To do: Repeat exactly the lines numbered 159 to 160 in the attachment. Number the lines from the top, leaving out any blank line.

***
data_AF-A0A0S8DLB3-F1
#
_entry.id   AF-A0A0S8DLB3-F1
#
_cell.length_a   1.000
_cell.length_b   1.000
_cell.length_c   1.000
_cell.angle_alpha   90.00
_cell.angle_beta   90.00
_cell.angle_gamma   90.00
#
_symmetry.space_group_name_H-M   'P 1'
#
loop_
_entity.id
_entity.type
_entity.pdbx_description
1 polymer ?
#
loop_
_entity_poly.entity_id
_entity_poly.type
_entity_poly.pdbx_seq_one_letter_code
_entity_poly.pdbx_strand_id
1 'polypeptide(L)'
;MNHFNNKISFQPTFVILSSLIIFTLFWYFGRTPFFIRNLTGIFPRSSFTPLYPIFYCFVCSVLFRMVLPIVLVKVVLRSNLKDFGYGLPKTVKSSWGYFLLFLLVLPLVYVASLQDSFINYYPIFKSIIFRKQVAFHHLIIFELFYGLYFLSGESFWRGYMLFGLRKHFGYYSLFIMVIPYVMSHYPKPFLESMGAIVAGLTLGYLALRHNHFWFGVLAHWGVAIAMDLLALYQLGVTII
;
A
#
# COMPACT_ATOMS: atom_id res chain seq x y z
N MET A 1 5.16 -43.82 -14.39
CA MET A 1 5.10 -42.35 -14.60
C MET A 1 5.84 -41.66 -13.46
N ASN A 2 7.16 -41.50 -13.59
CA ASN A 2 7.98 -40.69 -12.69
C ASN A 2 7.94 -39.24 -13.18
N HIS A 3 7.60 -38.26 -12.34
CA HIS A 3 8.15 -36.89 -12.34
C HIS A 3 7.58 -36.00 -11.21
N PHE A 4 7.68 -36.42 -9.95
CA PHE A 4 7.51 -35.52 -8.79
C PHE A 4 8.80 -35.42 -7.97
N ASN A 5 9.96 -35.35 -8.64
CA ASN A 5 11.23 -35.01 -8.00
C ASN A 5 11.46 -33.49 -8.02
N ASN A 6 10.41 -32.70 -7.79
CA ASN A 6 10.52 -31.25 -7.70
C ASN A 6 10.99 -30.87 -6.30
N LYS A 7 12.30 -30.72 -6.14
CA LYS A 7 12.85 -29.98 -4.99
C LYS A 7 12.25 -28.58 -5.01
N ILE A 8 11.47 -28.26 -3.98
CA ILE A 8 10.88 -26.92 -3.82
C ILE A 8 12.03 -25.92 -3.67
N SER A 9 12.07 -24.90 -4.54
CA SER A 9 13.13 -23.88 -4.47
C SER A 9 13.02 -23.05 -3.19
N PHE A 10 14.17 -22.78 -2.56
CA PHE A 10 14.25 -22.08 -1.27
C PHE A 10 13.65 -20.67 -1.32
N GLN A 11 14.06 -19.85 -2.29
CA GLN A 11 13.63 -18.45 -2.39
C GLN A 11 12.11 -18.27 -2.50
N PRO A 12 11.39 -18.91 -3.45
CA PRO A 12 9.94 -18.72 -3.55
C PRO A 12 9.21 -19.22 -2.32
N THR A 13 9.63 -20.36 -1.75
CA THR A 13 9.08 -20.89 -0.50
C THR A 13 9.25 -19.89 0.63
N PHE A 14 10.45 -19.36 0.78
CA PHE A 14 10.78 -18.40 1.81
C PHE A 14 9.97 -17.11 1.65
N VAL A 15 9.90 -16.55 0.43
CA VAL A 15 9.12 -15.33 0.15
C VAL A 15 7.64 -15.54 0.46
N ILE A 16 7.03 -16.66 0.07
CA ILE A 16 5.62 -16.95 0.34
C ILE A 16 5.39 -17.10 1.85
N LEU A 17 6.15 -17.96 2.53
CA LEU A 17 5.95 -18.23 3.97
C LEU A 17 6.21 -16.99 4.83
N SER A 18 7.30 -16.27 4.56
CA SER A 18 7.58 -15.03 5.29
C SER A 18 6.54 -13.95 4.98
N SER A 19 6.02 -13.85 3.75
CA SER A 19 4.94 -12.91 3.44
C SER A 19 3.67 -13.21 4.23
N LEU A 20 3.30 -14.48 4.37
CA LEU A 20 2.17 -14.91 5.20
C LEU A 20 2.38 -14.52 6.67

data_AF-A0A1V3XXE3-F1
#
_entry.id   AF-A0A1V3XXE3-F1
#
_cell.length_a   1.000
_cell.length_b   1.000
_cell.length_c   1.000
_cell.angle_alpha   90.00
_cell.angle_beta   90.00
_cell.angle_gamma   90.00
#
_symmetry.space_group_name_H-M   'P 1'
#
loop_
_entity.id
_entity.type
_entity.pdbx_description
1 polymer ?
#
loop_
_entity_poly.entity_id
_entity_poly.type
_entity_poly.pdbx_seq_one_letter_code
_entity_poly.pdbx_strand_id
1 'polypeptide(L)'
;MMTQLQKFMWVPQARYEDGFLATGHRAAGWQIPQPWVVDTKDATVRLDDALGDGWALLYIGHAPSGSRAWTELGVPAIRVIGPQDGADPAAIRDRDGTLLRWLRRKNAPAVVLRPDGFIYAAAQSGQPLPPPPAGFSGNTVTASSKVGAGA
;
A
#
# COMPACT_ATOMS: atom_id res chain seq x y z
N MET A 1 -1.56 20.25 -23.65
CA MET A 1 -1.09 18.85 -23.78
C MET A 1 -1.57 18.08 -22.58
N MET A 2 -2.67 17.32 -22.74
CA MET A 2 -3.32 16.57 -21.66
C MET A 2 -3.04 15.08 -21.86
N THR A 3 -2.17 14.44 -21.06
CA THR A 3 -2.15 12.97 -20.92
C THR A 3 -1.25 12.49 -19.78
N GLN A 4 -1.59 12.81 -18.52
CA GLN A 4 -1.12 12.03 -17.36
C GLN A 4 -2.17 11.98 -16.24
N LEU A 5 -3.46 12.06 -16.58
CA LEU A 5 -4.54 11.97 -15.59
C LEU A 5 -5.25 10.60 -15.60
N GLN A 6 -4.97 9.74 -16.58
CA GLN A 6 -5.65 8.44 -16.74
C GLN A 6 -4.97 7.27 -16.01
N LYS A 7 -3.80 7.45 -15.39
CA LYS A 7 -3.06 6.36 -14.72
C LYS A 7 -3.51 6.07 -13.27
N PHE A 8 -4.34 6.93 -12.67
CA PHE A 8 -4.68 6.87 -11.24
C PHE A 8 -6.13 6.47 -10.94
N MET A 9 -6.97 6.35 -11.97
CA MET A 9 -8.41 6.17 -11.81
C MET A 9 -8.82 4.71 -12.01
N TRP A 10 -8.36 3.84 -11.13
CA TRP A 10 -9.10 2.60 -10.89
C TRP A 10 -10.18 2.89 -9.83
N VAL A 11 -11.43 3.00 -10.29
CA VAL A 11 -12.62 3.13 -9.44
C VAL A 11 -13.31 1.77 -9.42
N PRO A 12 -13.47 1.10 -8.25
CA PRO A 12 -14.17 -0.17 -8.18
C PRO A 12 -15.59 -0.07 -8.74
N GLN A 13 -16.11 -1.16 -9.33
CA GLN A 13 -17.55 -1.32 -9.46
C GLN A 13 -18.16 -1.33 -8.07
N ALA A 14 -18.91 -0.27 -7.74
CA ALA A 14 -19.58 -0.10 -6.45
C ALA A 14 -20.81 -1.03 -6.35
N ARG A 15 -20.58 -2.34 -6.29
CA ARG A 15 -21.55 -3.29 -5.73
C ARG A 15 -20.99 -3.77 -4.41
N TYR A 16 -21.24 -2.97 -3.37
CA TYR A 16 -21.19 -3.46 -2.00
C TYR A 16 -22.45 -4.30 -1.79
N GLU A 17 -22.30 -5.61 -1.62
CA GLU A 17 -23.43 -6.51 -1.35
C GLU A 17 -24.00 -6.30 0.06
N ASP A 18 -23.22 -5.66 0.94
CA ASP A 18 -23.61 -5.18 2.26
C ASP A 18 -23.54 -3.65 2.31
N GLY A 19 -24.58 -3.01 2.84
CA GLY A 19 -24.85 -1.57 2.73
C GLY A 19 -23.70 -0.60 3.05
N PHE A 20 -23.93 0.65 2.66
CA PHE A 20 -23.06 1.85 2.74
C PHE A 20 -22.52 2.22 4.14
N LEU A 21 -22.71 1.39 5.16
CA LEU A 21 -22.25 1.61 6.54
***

C GLN A 13 -18.16 -1.33 -8.07
N ALA A 14 -18.91 -0.27 -7.74